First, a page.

Divinitation Rituals of the Small Secondary Funeral among the Konkomba of Northern Ghana

  • Henryk Zimoń The John Paul II Catholic University of Lublin, Faculty of Theology
Keywords: bad death; diviner; divination; small secondary funeral; village of Kukuln; Konkomba people; West Africa


This article describes and interprets two divination rituals of the so-called small secondary funeral in the village of Kutuln. These relate to a bad death, which occurs when people die prematurely or inappropriately. Africans feel fear toward the dead who in life were bad people and those who died a bad death. The concept of a bad death for Africans presents their approach to life, the time of death and the moral evaluation of dead people, as a premature or unusual death is not accidental. A bad death explains the course of human life and has an impact on the burial of the deceased and his fate in the afterlife. Africans believe that those who die a bad death, do not leave the sphere of human life and do not pass into the land of their ancestors. People who die a bad death are deprived of a normal burial and extensive secondary funeral, and the living will never respect them and called upon them through prayers and sacrifices. Small secondary funerals among the Konkomba are limited to the divining rites, which last one day.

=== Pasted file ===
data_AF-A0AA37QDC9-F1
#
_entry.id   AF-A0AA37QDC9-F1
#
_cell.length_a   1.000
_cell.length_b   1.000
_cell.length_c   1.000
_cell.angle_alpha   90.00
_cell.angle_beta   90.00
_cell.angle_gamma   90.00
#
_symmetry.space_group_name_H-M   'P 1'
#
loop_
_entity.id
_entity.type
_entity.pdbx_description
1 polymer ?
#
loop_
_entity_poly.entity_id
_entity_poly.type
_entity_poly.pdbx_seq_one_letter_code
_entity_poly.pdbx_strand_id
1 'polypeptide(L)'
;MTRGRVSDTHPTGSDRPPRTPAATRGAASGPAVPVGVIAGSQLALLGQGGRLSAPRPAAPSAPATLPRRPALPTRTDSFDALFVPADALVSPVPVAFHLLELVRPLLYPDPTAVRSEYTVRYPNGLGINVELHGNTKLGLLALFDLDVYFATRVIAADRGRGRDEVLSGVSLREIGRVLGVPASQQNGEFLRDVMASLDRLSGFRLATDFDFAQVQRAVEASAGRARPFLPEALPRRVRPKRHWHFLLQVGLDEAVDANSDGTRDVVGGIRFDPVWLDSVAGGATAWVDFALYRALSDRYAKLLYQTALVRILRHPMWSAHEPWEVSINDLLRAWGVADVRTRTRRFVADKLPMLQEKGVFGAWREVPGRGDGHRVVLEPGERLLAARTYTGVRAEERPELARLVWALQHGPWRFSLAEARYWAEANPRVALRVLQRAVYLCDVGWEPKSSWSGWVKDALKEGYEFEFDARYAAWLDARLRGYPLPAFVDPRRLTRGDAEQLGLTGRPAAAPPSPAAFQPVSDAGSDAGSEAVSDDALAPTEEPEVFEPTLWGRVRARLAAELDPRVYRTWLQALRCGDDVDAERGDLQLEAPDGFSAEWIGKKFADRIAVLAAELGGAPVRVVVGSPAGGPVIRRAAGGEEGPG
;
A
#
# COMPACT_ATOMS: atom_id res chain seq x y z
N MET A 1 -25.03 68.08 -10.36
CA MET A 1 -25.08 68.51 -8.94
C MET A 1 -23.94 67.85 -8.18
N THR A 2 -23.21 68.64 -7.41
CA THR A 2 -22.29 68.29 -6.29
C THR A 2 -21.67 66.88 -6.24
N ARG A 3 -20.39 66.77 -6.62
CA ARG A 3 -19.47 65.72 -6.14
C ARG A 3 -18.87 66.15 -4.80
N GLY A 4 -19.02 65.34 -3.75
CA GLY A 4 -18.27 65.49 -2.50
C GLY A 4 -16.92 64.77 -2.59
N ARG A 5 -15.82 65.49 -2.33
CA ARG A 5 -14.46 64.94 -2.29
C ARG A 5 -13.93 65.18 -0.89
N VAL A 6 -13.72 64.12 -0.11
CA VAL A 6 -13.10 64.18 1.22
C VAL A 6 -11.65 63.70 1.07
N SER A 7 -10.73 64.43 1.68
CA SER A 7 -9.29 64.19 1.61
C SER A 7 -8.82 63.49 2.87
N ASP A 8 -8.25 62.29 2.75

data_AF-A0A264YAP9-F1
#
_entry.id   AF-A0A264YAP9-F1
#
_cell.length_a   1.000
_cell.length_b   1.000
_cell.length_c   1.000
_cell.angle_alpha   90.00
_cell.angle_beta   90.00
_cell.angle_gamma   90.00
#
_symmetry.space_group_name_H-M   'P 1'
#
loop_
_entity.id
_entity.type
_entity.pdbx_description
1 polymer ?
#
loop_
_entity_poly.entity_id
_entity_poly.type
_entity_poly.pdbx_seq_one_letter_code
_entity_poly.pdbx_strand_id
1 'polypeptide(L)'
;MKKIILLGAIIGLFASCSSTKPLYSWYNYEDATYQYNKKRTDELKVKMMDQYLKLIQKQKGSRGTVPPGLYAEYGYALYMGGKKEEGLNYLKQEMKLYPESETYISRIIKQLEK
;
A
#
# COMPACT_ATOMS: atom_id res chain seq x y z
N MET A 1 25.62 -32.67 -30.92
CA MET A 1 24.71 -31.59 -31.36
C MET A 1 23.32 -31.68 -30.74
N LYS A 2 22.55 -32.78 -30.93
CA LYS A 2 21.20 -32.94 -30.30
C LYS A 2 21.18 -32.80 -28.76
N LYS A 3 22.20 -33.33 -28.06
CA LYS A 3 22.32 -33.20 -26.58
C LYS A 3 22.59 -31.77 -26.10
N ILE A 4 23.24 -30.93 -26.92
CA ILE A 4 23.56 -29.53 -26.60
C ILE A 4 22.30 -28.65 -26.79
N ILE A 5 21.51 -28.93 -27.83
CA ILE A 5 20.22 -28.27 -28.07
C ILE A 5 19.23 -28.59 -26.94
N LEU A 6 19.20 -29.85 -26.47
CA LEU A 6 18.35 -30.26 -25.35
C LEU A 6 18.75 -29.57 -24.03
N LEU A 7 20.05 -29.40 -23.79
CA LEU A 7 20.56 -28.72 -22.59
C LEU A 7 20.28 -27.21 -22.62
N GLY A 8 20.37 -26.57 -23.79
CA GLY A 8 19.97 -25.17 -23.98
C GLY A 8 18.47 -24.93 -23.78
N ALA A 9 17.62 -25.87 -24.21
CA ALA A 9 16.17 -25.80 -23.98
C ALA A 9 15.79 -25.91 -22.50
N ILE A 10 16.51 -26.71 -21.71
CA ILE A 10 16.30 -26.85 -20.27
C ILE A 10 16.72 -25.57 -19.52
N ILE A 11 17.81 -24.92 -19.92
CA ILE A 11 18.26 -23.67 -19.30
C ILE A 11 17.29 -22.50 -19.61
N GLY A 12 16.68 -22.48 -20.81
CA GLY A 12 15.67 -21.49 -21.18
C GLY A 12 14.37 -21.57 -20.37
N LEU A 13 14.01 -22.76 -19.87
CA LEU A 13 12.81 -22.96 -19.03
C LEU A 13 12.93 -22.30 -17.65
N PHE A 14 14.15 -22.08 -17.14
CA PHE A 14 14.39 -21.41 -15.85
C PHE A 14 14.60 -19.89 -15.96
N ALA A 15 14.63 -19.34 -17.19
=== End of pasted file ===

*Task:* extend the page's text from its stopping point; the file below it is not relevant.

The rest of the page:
The course of divination is similar in small and large secondary funerals. The initial phase of divination using 10 cowrie shells is decisive and important. During the long speech, Bingo, the main diviner or the master reveals and explains the causes of the bad death and propose preventive measures designed to remove ritual impurity and the propitiation of supernatural beings. The cause of death of the woman Mafimbi were quarrels and disagreements with her husband in the village of Bwana, caused by her lover Nbale. She would have happily married him, but her father did not agree to it. Her lover Nbale persuaded Mafimbi not to eat or drink in the home of her husband. The second case concerns the death of a nameless girl who died on the day of her birth because of quarreling parents: her father Bindifrim and her mother Ndodebu living in the village of Jinjinabi. Noteworthy is the attitude of dependence on help, during the divining rites, of the god Uwumbor, spirits of the Earth, clan protective spirits, gnome bush spirits, twin spirits, ancestor spirits, and especially spirits of dead diviners. Help from these supernatural beings is essential during the rites of divination, in order to properly explain the circumstances and causes of death of deceased persons. Divination by using three sticks as complementary only confirms the previously given causes of death. It should be noted that during these divining rites, small and large secondary funerals also have a didactic and moralistic dimension, because they teach people respect for tradition, preservation of social norms and moral order in the life of the individual and community.